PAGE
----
GitLab dropped its monthly slew of security fixes this week. In particular, teams using the tool’s DataDog integration should consider updating to now available versions 14.2.2, 14.1.4, or 14.0.9 since the releases include a fix for a high severity stored XSS vulnerability recently discovered there. It also comes with eight more adjustments to get rid of medium-severity bugs that could be used to orchestrate denial of service attacks, escalate privileges, or reveal confidential information.
Linux Foundation gains new entity framework
Developed by Facebook in 2019 as a means to simplify building and maintaining applications with large data models, entity framework Ent has become the latest addition to the Linux Foundation’s project pool. The move goes hand in hand with the hope that the new governing body will lead to additional contributors and a surge in adoption.
The LF’s interest in Ent might be down to the fact that it has been created especially for Go, which makes it a reasonable choice for cloud native projects that often rely on the language. Flagship projects of that space are largely housed in the CNCF, which is a subsidiary of the Linux Foundation.
Kuma and Kong Mesh get fitted with permissive mTLS mode for easier migration
Service mesh Kuma is now available in version 1.3, which sees the project gaining a new datasource for install metrics, configurers for simple HTTP connections and virtual host domain names, a permissive mTLS mode, and support for intermediate CA. Kong Mesh, which uses Kuma as its base, meanwhile bumped its version number up to 1.4 and now provides users with automated CA rotation when mTLS is enabled and a service map topology view on top of the new Kuma features.
Databricks announces Serverless SQL
Databricks has started the public preview of its Serverless SQL feature. With it, admins are said to be able to create Serverless SQL endpoints that can be used like regular SQL endpoints for querying but utilise computer clusters in the Databricks AWS account. The new feature is meant to help in scenarios where resource utilisation is hard to foresee, since it automatically provides cloud computing capacity when needed and automatically shuts down clusters that have been idle for ten minutes to keep costs down.
Interested organisations can request access now. However, the documentation suggests this might currently only be a real option for those working in AWS regions us-east-1, us-west-2, and ap-southeast-2.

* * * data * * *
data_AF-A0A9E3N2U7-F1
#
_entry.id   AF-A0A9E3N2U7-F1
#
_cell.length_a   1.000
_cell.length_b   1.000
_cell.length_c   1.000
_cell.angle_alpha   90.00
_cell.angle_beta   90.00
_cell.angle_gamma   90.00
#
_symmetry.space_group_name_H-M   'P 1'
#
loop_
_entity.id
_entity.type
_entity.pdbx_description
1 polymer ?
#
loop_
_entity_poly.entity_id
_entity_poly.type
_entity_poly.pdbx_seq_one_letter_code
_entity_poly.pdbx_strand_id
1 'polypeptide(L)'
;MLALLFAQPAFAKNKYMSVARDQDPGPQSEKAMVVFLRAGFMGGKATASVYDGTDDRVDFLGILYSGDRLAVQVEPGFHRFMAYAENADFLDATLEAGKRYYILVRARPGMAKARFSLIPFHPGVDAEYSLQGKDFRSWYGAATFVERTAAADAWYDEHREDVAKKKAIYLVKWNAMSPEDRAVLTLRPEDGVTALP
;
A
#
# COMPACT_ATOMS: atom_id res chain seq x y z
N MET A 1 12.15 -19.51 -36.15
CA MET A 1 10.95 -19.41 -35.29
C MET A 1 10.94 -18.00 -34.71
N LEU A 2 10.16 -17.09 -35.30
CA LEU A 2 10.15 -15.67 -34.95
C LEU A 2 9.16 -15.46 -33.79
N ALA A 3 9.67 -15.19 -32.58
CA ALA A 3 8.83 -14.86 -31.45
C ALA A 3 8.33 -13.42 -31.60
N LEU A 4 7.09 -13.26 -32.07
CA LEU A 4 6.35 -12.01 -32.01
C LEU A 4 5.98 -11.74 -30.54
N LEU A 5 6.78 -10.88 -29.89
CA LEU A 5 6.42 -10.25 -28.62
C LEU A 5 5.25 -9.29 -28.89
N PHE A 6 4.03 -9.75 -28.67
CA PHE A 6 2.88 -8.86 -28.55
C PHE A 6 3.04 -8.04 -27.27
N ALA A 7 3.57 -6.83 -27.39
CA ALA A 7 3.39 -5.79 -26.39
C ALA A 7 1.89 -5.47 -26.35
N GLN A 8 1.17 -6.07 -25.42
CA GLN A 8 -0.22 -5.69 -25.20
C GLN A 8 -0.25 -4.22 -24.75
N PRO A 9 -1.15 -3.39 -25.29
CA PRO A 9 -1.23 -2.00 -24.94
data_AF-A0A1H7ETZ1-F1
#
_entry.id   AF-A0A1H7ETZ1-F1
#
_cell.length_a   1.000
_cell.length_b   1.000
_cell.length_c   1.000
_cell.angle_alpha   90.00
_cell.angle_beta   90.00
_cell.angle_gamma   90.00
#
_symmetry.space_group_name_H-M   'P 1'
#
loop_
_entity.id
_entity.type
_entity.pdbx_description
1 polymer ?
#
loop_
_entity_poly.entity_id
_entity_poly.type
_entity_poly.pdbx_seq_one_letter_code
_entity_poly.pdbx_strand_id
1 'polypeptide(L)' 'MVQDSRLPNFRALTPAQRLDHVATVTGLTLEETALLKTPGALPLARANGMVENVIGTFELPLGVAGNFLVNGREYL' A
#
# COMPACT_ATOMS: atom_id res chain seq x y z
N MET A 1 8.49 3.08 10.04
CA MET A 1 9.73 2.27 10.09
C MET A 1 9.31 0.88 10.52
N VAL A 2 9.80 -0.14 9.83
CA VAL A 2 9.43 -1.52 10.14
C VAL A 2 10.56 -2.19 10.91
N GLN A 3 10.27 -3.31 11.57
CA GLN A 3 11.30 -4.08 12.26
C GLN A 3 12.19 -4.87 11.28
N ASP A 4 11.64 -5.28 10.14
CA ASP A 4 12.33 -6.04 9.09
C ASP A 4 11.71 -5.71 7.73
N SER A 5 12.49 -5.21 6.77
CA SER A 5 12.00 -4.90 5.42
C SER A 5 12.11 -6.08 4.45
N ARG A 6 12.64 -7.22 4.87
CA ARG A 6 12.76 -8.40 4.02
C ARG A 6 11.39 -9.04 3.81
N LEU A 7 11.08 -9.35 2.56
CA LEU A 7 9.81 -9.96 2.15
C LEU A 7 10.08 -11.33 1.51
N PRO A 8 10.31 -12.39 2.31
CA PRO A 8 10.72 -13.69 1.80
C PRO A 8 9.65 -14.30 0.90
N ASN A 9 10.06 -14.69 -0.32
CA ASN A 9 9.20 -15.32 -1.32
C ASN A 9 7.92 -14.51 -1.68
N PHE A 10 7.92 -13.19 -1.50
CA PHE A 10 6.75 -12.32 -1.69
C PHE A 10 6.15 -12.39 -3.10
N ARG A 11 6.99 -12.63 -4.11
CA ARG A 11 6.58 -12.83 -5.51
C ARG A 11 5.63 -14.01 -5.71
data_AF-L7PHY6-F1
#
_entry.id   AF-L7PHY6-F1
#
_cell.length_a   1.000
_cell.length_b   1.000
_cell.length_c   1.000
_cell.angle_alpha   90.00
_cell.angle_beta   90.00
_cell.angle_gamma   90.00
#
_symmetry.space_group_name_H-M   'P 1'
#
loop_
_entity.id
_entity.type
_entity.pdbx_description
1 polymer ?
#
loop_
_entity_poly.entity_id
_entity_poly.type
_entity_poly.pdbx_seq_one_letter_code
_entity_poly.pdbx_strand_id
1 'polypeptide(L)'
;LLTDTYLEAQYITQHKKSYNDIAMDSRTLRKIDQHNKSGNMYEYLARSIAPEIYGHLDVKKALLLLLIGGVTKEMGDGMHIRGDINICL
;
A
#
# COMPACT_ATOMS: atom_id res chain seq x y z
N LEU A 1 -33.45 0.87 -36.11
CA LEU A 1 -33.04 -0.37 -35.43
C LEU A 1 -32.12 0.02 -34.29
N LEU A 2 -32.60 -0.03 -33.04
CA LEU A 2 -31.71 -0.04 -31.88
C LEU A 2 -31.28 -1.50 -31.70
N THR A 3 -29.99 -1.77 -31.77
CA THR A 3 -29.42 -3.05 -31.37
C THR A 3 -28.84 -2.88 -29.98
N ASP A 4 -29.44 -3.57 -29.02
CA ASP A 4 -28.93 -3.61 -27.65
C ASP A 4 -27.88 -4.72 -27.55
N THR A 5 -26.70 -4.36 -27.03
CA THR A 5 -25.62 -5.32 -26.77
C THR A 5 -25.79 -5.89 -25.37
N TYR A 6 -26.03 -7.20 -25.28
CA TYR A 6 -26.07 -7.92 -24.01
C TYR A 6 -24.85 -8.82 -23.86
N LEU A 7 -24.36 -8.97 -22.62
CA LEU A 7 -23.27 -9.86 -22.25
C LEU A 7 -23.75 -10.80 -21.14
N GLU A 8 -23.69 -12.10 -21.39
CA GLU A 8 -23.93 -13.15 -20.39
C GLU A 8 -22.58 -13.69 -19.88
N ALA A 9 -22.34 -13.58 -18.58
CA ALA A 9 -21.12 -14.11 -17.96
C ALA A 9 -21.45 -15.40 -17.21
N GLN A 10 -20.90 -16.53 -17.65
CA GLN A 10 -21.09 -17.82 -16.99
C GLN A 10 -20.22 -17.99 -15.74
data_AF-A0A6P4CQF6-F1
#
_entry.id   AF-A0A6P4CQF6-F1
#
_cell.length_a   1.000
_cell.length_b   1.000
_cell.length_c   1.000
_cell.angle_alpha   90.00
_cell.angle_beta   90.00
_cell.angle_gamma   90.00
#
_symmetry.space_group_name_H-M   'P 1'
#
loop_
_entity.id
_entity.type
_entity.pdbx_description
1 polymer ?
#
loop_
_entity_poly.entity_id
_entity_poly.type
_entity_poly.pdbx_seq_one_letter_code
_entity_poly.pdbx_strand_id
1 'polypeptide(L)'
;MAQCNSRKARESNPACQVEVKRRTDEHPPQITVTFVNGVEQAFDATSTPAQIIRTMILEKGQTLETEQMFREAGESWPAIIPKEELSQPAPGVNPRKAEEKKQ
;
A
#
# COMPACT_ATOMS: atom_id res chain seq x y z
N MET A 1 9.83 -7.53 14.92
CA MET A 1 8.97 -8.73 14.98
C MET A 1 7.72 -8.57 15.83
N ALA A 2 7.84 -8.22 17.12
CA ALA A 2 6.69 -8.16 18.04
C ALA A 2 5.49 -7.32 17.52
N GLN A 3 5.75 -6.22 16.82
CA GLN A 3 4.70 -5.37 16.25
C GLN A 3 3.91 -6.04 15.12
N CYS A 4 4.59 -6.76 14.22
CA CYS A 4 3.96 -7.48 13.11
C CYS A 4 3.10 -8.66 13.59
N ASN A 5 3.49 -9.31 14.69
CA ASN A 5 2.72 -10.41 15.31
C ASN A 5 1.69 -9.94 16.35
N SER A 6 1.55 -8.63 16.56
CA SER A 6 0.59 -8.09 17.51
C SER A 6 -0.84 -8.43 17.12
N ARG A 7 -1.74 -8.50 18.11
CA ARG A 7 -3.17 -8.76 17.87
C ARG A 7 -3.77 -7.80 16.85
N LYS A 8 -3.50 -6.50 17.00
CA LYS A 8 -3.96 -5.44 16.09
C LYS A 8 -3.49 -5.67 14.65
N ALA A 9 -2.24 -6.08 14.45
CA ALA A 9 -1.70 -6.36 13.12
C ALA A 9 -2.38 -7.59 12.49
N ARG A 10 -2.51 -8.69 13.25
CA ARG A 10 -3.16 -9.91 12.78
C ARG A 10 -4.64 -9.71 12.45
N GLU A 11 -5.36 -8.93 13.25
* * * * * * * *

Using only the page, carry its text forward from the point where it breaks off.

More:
Pyston team finds new home at Anaconda
The two-person team behind fast Python implementation Pyston has joined data science platform Anaconda. According to Anaconda, the step makes the company a Pyston sponsor, though the maintainers are promised to keep their “freedom to make independent decisions about their project, and grow their user, contributor, and maintainer community independent of Anaconda”.
Initial interest in the project came from Anaconda’s own work on a fast compiler and Pyston’s potential “to quickly bring faster Python to a mainstream audience”. Pyston might be added to the Anaconda package distribution or incorporated into other products at a later stage, “but that work will be separate from the Pyston open-source project”.
Docker updates product subscriptions
Container expert Docker has reworked its pricing model and come up with a new Business subscription. It is introduced at a price of $21 per user per month billed annually, and meant to cover medium to large businesses looking for “centralized management and advanced security capabilities”. The latter include soon to come SAML SSO and image access management. Business also is the only package that can be purchased via invoice — which might come in handy for more traditional organisations.
Docker also updated the terms for using Docker Desktop. While small businesses and those using it for personal or educational use will continue to be able to do so for free, businesses larger than 250 employees that make more than $10 million in annual revenue now require a paid subscription to make use of the tool, effective immediately.